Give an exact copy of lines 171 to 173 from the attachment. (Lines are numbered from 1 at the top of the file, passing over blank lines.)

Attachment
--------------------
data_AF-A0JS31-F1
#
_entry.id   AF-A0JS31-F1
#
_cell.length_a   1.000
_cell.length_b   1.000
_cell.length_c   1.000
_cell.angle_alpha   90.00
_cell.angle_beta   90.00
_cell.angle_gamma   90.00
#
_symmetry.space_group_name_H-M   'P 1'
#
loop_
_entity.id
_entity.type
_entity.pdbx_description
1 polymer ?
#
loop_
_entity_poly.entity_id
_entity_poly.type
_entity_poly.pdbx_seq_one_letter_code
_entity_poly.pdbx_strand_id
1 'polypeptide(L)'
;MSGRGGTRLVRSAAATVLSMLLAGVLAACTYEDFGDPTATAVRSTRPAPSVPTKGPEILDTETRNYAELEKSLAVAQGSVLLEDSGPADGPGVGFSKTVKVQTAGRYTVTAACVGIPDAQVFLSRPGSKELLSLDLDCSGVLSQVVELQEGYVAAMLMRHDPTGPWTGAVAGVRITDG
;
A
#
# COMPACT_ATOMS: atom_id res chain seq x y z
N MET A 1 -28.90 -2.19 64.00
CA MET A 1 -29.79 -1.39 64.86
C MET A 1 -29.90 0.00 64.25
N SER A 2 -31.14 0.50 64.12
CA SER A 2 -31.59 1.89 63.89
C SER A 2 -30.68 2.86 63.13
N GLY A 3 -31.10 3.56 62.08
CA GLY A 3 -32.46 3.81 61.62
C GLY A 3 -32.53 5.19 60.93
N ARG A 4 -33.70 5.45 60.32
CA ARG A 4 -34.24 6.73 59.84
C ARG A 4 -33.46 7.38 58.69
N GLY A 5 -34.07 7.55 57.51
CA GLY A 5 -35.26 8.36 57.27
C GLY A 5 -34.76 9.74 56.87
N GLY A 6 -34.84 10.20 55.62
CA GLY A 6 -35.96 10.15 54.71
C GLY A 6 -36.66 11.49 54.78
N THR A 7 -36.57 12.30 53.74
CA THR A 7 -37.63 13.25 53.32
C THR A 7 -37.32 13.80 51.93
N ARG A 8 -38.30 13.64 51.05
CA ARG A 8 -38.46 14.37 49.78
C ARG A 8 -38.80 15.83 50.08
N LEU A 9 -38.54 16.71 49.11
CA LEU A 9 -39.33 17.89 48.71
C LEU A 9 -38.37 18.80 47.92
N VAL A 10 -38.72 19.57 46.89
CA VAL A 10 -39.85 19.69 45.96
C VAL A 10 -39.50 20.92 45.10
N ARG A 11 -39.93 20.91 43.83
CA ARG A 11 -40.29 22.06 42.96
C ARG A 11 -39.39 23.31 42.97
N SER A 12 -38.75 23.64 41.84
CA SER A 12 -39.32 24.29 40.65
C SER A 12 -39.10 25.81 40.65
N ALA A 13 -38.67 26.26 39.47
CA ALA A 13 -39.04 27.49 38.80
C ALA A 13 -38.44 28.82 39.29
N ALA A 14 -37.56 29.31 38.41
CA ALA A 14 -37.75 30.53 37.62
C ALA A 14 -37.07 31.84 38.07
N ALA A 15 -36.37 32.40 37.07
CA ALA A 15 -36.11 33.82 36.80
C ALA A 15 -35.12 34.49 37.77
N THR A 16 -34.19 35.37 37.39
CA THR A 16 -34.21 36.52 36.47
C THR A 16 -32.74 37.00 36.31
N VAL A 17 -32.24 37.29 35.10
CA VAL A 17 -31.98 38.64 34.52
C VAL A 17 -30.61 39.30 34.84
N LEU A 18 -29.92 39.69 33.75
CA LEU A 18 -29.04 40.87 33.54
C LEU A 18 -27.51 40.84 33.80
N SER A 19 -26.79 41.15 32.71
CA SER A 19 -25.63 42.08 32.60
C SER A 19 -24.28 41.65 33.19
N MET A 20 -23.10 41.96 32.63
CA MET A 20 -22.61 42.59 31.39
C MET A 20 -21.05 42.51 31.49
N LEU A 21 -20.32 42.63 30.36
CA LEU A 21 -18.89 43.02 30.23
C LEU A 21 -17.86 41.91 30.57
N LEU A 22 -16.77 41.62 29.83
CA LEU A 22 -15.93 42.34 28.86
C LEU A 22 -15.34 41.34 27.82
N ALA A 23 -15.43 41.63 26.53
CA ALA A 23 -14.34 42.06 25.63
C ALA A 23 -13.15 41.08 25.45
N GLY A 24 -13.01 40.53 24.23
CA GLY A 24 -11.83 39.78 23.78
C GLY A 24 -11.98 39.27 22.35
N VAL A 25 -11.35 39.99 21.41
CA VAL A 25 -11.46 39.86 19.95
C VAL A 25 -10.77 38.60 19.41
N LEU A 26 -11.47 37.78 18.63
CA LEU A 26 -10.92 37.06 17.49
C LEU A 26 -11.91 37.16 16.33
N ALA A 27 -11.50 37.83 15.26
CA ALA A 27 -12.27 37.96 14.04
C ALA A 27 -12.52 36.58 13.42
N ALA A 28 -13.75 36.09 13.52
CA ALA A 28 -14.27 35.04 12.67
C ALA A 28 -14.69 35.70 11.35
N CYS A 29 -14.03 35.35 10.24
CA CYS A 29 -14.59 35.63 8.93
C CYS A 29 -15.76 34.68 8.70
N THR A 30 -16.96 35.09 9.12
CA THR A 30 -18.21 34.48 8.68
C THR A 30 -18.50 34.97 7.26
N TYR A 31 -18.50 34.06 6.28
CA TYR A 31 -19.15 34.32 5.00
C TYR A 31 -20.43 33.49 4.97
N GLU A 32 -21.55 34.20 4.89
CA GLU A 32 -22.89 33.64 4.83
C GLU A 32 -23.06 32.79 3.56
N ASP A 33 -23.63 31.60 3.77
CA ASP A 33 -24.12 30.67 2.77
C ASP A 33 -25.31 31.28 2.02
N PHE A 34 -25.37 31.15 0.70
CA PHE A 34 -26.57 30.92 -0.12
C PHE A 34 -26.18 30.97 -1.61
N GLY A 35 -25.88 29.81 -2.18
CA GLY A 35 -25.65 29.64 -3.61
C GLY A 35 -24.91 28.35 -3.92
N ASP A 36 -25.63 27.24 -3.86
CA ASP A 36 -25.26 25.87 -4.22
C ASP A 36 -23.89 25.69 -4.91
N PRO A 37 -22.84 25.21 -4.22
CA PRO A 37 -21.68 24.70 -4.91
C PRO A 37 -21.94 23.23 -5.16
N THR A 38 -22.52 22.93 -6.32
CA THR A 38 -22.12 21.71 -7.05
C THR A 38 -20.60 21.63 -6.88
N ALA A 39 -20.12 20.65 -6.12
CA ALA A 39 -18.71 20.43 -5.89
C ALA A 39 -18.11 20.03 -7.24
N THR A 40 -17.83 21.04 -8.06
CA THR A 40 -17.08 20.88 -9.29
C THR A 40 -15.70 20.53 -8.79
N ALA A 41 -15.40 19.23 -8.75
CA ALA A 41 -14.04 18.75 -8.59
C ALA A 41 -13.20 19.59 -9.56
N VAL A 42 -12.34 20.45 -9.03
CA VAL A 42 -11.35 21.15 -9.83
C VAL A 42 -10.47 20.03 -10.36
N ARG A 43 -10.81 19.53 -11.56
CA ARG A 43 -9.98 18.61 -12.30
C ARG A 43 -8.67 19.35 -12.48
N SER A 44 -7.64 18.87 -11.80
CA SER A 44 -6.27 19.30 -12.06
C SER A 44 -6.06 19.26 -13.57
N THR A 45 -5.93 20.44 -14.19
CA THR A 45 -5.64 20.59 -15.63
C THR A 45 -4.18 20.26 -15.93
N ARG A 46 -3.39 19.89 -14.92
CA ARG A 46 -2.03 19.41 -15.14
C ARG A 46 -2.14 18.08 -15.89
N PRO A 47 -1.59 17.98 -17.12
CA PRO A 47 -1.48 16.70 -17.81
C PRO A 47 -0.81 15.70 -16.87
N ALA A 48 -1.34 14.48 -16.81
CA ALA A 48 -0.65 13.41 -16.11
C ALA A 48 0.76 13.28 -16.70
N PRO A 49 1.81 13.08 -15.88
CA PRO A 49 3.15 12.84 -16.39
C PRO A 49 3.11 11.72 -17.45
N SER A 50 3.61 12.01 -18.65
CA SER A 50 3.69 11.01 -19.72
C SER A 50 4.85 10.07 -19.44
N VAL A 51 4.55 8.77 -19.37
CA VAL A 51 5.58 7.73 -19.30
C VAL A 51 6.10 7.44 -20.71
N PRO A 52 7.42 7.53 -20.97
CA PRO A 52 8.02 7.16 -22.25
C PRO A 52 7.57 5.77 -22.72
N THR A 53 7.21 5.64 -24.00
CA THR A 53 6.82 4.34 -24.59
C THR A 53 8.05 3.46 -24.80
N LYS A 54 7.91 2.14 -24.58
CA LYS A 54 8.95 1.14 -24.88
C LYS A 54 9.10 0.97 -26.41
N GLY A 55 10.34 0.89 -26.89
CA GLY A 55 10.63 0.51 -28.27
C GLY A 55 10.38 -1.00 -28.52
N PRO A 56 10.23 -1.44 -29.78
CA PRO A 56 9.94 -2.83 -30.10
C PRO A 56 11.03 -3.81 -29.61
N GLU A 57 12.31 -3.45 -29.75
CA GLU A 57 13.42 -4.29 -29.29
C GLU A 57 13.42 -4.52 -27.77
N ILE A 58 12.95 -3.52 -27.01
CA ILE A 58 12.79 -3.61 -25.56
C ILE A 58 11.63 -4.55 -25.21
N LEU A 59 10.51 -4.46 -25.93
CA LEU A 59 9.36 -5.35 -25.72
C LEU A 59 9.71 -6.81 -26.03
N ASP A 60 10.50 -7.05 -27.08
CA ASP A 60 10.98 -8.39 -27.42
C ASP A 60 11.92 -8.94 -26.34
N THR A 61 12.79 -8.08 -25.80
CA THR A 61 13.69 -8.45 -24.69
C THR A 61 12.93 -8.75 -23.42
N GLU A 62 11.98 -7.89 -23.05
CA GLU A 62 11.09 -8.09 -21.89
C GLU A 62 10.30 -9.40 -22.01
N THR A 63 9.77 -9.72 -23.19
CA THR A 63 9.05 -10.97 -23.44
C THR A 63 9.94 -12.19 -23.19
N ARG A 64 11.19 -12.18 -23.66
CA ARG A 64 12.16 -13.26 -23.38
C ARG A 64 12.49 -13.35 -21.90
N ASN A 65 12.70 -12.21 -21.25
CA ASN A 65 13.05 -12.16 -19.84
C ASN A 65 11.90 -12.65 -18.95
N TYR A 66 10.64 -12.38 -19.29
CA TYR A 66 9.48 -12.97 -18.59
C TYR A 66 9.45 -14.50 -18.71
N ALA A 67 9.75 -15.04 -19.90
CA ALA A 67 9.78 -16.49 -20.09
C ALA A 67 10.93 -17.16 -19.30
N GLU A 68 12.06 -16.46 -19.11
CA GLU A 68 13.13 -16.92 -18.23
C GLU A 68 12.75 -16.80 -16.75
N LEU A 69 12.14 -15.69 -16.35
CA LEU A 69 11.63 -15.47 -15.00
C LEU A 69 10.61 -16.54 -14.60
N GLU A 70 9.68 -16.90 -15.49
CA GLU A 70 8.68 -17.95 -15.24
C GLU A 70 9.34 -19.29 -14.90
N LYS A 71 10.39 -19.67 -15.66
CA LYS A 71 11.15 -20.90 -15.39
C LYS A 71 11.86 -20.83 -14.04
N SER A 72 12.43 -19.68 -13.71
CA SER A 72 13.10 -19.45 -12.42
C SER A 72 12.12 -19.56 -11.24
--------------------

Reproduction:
C PRO A 47 -0.81 15.70 -16.87
N ALA A 48 -1.34 14.48 -16.81
CA ALA A 48 -0.65 13.41 -16.11